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New emission norms will lead to rejig in tractors HP-wise mix: ICRA

Transition to new emission norms to lead to a rejig in tractors HP-wise mix: ICRA


New emission norms will lead to rejig in tractors HP-wise mix: ICRA

The revised emission standards for >50 HP tractors (Bharat Stage TREM IV) are slated to become applicable for tractors from January 2023, even as a big proportion of the overall industry (<50 HP, constituting ~92% of sales in FY2022) would continue to be governed by Bharat Stage TREM IIIA norms.

The revised emission norms for the >50 HP segment were initially slated to be implemented from October 2020; the transition was however deferred multiple times, with the Government taking cognizance of industry representations amid the disruption brought about by the pandemic.

Commenting on the impact of the revised norms on the tractor industry, Mr. Rohan Kanwar Gupta, Vice President, Corporate Ratings, ICRA, says, “India remains a medium to high HP tractor market, with ~80% of the sales coming from the 30-50 HP categories. The revised emission norms applicable from January 2023 would apply only to >50 HP tractors, impacting ~7-8% of the overall industry volumes. The technological know-how to meet the revised norms has been readily available with the OEMs as the export models are already meeting the evolved emission norms. The pass-through of hike to customers is however, expected to be only gradual for the price sensitive farming community. OEMs are in the process of realigning their product portfolio, with tractors offering higher torque at lower HP being added to the portfolio; the same would lead to a shift in HP-wise mix with the 41-50 HP segment gaining at the expense of the >50 HP segment.”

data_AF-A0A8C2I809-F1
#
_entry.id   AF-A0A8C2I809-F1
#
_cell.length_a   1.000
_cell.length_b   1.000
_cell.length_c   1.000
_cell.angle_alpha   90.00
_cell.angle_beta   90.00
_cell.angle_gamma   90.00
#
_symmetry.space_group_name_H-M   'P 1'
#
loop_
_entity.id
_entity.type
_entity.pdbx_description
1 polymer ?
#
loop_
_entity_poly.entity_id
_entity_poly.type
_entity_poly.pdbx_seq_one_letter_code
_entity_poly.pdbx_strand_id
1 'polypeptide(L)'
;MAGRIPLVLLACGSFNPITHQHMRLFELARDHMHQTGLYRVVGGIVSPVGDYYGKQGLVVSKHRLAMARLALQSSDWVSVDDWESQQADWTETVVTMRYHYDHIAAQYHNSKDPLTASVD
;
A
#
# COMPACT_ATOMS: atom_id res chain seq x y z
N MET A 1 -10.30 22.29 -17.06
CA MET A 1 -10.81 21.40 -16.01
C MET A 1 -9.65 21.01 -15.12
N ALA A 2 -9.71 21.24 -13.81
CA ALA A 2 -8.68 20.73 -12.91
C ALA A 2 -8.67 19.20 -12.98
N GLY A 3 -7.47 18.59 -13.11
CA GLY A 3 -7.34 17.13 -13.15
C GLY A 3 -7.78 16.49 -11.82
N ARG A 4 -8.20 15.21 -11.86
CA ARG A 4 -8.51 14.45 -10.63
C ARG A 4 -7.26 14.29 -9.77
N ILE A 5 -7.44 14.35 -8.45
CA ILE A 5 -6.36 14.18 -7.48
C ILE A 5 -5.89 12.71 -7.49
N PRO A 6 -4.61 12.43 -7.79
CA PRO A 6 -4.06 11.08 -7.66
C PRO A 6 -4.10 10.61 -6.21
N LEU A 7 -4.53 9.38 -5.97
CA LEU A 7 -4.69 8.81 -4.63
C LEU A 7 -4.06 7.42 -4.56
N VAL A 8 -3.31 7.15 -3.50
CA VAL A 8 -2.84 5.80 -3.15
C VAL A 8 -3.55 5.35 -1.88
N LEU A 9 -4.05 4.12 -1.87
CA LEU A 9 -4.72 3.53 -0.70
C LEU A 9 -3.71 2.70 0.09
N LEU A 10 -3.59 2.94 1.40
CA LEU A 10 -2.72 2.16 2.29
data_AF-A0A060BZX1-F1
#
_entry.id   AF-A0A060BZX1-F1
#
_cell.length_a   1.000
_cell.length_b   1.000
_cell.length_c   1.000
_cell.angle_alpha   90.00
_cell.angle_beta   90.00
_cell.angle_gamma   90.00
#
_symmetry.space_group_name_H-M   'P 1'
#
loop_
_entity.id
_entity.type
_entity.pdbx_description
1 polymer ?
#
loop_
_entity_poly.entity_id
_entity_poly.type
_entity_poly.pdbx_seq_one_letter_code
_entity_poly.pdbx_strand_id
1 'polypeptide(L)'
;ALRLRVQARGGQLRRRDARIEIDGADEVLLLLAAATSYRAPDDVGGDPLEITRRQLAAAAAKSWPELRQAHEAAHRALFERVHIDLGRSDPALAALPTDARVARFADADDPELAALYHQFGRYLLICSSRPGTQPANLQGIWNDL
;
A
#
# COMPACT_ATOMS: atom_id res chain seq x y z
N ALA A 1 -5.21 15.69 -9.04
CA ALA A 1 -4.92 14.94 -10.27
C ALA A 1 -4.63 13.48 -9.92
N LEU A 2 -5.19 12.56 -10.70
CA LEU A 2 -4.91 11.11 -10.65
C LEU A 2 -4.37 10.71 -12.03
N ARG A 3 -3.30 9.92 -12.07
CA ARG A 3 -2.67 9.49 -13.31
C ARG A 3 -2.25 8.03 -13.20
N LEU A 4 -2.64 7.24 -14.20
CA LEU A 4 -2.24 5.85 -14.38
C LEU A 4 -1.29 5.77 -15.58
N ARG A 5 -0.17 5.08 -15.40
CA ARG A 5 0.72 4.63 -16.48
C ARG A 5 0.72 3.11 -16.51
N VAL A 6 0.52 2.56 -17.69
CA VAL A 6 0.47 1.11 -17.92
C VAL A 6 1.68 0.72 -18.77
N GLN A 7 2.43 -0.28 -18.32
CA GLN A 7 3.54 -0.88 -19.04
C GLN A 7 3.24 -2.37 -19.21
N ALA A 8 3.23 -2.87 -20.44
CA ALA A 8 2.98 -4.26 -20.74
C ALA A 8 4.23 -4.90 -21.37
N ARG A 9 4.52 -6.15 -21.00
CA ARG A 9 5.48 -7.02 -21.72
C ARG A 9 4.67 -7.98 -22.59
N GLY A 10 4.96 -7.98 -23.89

The emission standards for tractors and construction equipment are regulated separately from the broader automobile industry in India. While significant progress has been made in the regulation of on-road vehicles over the years, especially with the expected implementation of BS-VI norms (from April 2020), the emission control regulations for non-road vehicles have been less stringent and lag the norms implemented in developed countries. The revised emission norms would result in a material reduction in the emission rates of particulate matter in particular for the >50 HP segment.

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